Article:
What’s the inside scoop on data breach response and preparedness? 🌳🌳🌳Canopy recently joined Punit Bhatia on The Fit4Privacy Podcast to discuss data privacy regulations, industry trends and lessons learned, dealing with unstructured data, and more. Here’s a recap:
How would Canopy define GDPR in one word?
Complex. It covers a lot of ground, so it has to speak to many different scenarios — from data breach response and notification to cookie consent. The sheer breadth of the regulations requires complexity. GDPR is important and regulators’ hearts were in the right place, even if the execution was a bit off.
What lessons can data breach response teach us about privacy preparedness?
Canopy doesn’t directly work with breached companies: our Data Breach Response Partners provide data mining, PII review, and entity consolidation services using our software. But because our software is used by service providers around the world, we have a global perspective and have witnessed some trends.
One of the key insights we’ve gathered on the data breach response side of things is that companies don’t know with certainty or specificity what’s in their emails and file shares, so there are large buckets of unknown, unstructured data floating around. Business email compromises (BECs) and ransomware attacks on file shares also make up the vast majority of data breaches.
Getting your arms around this data is critical to understanding your company’s risk, but for years, there hasn’t been a great vector into that. There have been two main approaches to a privacy audit:
- Having software crawl intranets to provide a sense of where data lives.
- Running tabletop exercises and surveys to gauge PII disclosure risks.
Both of these approaches are flawed and/or incomplete on their own. The first is difficult because privacy audits aren’t one-size-fits-all — they should be customized to meet each company’s unique needs based on their size, sector, jurisdiction, and other variables. The major flaw of the second is that most people don’t think about or know the details of their day-to-day data handling.
How can companies comply with GDPR’s 72-hour breach notification rule?
Data breach response is a new space. It didn’t exist ten years ago, so there wasn’t a bunch of robust software keeping up with this problem. When GDPR’s 72-hour notification timeline was passed, that served as the North Star: solutions providers knew what they needed to work toward in developing purpose-built tools and processes.
Understanding what’s in a potentially compromised data set is a daunting task. It’s not unusual for a 50 GB PST to contain 500,000 or even 1 million emails, and reviewing all of those emails for PII within 3 days just wasn’t feasible when companies were still relying on search terms and regular expressions, before Canopy’s AI-powered software came along.
What about ediscovery — isn’t it basically the same as data breach response?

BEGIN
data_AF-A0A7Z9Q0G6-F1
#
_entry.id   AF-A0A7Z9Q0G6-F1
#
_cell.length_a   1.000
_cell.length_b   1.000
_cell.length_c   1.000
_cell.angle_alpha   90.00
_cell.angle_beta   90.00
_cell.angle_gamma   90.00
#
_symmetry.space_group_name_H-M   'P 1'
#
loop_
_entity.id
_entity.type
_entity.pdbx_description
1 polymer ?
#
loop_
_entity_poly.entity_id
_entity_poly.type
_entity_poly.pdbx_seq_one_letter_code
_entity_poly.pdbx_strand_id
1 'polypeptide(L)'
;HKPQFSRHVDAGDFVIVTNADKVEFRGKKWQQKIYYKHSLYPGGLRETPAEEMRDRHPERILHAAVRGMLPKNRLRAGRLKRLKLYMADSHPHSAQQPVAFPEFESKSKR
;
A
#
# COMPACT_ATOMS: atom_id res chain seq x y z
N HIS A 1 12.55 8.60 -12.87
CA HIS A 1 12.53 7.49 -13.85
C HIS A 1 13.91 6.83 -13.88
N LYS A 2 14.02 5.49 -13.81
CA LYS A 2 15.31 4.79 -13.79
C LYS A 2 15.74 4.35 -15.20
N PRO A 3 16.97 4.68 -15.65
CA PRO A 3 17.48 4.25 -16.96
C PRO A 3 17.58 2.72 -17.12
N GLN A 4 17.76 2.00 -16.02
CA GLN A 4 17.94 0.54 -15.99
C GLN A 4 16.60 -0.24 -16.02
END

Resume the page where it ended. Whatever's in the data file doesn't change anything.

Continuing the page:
In short, no. A few people on the Canopy Team have extensive ediscovery experience, so we know with specificity how these two areas are different. While ediscovery is adjacent and similar in some ways, it aims to answer a totally different problem:
- Ediscovery determines whether documents in a data set are legally relevant based on keywords, custodians, dates, and other variables that change case by case.
- Data Breach Response determines if there is PII in a data set (and if so, whose it is) based on set regulations that do not change.
Given ediscovery’s constantly changing nature, applying AI is tricky, so companies are stuck with more customizable — and therefore slower — tools and methods. Alternatively, because the definitions of “what is PII” and “what is a person” are consistent, AI is incredibly well-positioned to make Data Breach Response faster, more accurate, and more cost-effective.
How are structured and unstructured data handled differently in breach response?
Structured data is typically easier to process and data mine because you typically know the business reason and generally what types of data it contains. You may not have the specifics, but PII review will still likely be easier and faster.
Unstructured data, on the other hand, is the Wild West. But processing and data mining in breach response is the same every single time: As long as you know what sector(s) and jurisdiction(s) you’re dealing with, you know exactly what types of PII you’re looking for. So the problem is tightly defined, specific, and consistent, making AI the perfect solution. Because AI works so much faster and more accurately than humans, it is often the only way to assess massive or even moderately sized data sets in compliance with GDPR and other regulations’ strict timeframes.
What tips do you have for companies that have been breached?
If you have cyber insurance, they should be your first call. This is a space where your claims manager can guide you: they know which lawyers to call and what service providers to contact. Speaking of lawyers, make sure to involve legal counsel as quickly as possible as well. From there, you’ll want to get your data into a tool like Canopy’s Data Breach Response software to data mine and complete a PII review within that 72-hour window.
It’s also important to remember that compromises are now a question of when, not if. A 2021 Arctic Wolf survey reported that one-third of enterprises have suffered a six-figure data breach in the past year. So do your best to mitigate risk proactively, but be prepared with the right people, tools, and processes to respond quickly if you are attacked.
Want to hear more? You can listen to the full episode on Fit4Privacy’s website, or tune in wherever you listen to podcasts. Episode 58: Data Breach Response with Adi Elliott and Punit Bhatia originally aired on May 4, 2022.